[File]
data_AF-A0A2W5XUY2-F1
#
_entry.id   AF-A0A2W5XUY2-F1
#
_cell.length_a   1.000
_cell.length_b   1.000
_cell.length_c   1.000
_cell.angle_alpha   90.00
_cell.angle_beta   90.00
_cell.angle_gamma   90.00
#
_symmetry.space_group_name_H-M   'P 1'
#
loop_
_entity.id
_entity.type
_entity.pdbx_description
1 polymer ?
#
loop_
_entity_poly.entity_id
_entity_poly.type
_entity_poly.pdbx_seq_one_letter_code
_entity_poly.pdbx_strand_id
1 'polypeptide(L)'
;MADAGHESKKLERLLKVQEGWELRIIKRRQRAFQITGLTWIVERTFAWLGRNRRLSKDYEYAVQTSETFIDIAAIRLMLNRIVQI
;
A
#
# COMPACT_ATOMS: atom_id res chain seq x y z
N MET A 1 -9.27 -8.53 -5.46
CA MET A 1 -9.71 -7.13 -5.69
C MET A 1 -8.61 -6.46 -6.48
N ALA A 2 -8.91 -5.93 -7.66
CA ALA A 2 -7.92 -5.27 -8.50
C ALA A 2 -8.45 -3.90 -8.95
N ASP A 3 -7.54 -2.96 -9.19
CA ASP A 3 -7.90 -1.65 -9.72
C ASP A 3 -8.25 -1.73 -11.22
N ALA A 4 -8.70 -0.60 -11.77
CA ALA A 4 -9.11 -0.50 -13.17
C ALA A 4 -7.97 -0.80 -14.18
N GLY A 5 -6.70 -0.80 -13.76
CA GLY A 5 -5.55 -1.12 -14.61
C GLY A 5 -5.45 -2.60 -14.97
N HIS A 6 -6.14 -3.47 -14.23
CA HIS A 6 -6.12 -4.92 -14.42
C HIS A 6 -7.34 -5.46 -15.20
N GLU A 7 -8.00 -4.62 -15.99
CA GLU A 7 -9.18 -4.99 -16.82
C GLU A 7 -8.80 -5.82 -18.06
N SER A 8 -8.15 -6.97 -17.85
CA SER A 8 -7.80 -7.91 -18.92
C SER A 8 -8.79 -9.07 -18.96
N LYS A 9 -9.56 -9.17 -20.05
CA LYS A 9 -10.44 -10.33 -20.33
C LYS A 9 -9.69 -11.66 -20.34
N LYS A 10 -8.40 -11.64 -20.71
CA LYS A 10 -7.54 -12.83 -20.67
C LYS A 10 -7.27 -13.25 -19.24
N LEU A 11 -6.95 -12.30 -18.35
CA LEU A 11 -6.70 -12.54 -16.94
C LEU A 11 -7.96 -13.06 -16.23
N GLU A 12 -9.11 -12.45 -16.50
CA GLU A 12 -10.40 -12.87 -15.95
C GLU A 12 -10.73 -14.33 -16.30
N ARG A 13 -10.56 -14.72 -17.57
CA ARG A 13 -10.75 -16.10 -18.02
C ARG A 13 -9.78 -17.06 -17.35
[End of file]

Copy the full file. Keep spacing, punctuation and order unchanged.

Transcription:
data_AF-A0A2W5XUY2-F1
#
_entry.id   AF-A0A2W5XUY2-F1
#
_cell.length_a   1.000
_cell.length_b   1.000
_cell.length_c   1.000
_cell.angle_alpha   90.00
_cell.angle_beta   90.00
_cell.angle_gamma   90.00
#
_symmetry.space_group_name_H-M   'P 1'
#
loop_
_entity.id
_entity.type
_entity.pdbx_description
1 polymer ?
#
loop_
_entity_poly.entity_id
_entity_poly.type
_entity_poly.pdbx_seq_one_letter_code
_entity_poly.pdbx_strand_id
1 'polypeptide(L)'
;MADAGHESKKLERLLKVQEGWELRIIKRRQRAFQITGLTWIVERTFAWLGRNRRLSKDYEYAVQTSETFIDIAAIRLMLNRIVQI
;
A
#
# COMPACT_ATOMS: atom_id res chain seq x y z
N MET A 1 -9.27 -8.53 -5.46
CA MET A 1 -9.71 -7.13 -5.69
C MET A 1 -8.61 -6.46 -6.48
N ALA A 2 -8.91 -5.93 -7.66
CA ALA A 2 -7.92 -5.27 -8.50
C ALA A 2 -8.45 -3.90 -8.95
N ASP A 3 -7.54 -2.96 -9.19
CA ASP A 3 -7.90 -1.65 -9.72
C ASP A 3 -8.25 -1.73 -11.22
N ALA A 4 -8.70 -0.60 -11.77
CA ALA A 4 -9.11 -0.50 -13.17
C ALA A 4 -7.97 -0.80 -14.18
N GLY A 5 -6.70 -0.80 -13.76
CA GLY A 5 -5.55 -1.12 -14.61
C GLY A 5 -5.45 -2.60 -14.97
N HIS A 6 -6.14 -3.47 -14.23
CA HIS A 6 -6.12 -4.92 -14.42
C HIS A 6 -7.34 -5.46 -15.20
N GLU A 7 -8.00 -4.62 -15.99
CA GLU A 7 -9.18 -4.99 -16.82
C GLU A 7 -8.80 -5.82 -18.06
N SER A 8 -8.15 -6.97 -17.85
CA SER A 8 -7.80 -7.91 -18.92
C SER A 8 -8.79 -9.07 -18.96
N LYS A 9 -9.56 -9.17 -20.05
CA LYS A 9 -10.44 -10.33 -20.33
C LYS A 9 -9.69 -11.66 -20.34
N LYS A 10 -8.40 -11.64 -20.71
CA LYS A 10 -7.54 -12.83 -20.67
C LYS A 10 -7.27 -13.25 -19.24
N LEU A 11 -6.95 -12.30 -18.35
CA LEU A 11 -6.70 -12.54 -16.94
C LEU A 11 -7.96 -13.06 -16.23
N GLU A 12 -9.11 -12.45 -16.50
CA GLU A 12 -10.40 -12.87 -15.95
C GLU A 12 -10.73 -14.33 -16.30
N ARG A 13 -10.56 -14.72 -17.57
CA ARG A 13 -10.75 -16.10 -18.02
C ARG A 13 -9.78 -17.06 -17.35